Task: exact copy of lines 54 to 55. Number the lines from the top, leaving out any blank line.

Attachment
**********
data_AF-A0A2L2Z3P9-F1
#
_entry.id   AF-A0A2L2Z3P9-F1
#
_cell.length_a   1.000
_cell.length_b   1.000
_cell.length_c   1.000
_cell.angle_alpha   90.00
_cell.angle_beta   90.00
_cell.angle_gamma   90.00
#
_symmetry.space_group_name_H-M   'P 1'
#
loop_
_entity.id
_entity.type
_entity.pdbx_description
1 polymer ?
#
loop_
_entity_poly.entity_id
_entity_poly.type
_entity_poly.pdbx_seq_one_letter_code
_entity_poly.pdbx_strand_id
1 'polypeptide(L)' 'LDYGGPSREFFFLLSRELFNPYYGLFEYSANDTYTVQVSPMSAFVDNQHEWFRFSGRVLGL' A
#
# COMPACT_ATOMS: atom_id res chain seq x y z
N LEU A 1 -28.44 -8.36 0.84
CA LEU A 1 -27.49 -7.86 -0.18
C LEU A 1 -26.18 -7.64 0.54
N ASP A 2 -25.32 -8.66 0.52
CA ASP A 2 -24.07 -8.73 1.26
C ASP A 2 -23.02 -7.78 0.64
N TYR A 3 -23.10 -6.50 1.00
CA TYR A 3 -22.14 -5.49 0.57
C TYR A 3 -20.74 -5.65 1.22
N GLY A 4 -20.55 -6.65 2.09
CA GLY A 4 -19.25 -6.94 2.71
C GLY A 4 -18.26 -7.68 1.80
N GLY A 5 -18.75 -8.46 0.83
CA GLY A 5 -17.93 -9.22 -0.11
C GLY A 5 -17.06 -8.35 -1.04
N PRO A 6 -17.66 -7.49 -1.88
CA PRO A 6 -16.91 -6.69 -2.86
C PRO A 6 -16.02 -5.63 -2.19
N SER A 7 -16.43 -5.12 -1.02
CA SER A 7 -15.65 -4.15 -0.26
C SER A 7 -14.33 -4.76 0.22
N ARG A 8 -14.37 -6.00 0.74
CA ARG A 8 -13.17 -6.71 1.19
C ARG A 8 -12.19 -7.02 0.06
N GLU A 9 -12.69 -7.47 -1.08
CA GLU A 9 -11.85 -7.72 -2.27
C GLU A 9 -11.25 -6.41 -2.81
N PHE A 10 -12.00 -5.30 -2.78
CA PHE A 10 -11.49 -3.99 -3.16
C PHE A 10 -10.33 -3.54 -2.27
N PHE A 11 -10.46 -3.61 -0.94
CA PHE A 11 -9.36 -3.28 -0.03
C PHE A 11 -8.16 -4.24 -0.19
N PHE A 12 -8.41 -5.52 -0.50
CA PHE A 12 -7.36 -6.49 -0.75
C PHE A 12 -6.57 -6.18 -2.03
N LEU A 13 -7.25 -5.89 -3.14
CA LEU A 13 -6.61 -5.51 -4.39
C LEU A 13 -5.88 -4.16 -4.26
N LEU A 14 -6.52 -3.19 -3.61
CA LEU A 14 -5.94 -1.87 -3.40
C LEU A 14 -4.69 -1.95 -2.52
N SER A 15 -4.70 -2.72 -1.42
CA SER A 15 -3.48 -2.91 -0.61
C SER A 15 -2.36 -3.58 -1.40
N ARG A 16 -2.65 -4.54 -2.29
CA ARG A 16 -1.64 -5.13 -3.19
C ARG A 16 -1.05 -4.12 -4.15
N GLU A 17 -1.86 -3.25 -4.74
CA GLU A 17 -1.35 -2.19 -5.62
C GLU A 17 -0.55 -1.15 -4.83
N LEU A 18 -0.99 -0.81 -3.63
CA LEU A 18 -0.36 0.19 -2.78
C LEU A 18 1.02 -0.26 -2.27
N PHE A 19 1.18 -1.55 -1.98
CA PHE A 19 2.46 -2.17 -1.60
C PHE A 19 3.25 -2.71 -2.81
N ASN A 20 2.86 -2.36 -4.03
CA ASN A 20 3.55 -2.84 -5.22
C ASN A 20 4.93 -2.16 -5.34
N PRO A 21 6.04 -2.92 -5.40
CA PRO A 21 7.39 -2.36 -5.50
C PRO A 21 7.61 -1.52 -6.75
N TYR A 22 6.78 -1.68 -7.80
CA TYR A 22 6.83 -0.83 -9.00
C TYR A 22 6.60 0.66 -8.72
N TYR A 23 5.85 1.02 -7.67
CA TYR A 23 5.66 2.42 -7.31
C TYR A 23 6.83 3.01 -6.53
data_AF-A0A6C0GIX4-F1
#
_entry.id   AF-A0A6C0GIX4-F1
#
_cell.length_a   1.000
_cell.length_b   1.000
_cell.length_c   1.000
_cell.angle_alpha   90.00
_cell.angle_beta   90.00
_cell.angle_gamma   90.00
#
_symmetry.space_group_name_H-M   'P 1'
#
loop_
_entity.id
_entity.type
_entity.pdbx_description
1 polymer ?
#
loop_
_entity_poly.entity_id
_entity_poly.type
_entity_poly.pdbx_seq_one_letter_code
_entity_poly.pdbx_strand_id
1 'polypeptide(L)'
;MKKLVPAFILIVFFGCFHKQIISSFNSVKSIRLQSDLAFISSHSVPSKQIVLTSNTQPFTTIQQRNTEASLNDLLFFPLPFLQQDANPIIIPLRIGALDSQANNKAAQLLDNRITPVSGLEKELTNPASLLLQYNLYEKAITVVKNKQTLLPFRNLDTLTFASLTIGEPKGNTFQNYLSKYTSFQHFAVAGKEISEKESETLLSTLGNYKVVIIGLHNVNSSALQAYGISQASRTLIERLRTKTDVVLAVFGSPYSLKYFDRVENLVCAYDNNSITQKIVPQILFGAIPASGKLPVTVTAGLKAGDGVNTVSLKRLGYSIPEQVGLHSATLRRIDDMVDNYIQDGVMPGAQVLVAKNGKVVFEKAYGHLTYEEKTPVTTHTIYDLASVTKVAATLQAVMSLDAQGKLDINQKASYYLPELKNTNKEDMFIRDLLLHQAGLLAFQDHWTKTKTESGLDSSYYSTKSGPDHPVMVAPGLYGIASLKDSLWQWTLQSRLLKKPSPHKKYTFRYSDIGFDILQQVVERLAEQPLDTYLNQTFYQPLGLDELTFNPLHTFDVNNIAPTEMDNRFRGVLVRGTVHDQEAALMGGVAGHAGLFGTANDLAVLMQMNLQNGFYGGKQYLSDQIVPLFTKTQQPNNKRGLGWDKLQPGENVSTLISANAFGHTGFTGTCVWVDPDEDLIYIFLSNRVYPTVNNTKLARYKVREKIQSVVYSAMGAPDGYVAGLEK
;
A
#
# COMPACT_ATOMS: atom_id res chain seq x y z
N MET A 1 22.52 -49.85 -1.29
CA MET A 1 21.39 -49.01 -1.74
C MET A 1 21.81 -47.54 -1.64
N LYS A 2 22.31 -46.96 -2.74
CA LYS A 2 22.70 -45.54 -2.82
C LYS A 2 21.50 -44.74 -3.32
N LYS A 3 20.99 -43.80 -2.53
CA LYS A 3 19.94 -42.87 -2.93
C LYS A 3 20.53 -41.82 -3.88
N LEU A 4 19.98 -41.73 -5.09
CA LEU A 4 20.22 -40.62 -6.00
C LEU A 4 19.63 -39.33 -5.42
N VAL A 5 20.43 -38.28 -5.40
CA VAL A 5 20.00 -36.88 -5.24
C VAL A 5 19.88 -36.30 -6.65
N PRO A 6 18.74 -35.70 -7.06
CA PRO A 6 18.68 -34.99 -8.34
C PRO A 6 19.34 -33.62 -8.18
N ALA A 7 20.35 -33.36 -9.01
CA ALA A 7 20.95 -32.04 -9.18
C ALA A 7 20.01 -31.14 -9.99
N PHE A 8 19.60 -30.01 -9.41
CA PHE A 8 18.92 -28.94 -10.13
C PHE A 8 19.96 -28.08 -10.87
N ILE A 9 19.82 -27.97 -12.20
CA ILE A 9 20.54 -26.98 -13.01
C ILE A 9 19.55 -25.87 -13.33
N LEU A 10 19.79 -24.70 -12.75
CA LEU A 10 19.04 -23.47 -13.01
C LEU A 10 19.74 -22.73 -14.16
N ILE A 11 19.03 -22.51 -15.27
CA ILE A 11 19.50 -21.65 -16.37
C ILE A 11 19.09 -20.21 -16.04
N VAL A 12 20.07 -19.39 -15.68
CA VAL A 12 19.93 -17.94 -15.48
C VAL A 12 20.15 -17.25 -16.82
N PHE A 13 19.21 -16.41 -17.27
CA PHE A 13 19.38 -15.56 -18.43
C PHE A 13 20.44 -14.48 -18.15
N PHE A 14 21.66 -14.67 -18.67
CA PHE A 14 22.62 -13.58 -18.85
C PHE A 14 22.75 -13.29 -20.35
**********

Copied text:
C GLU A 9 -11.25 -6.41 -2.81
N PHE A 10 -12.00 -5.30 -2.78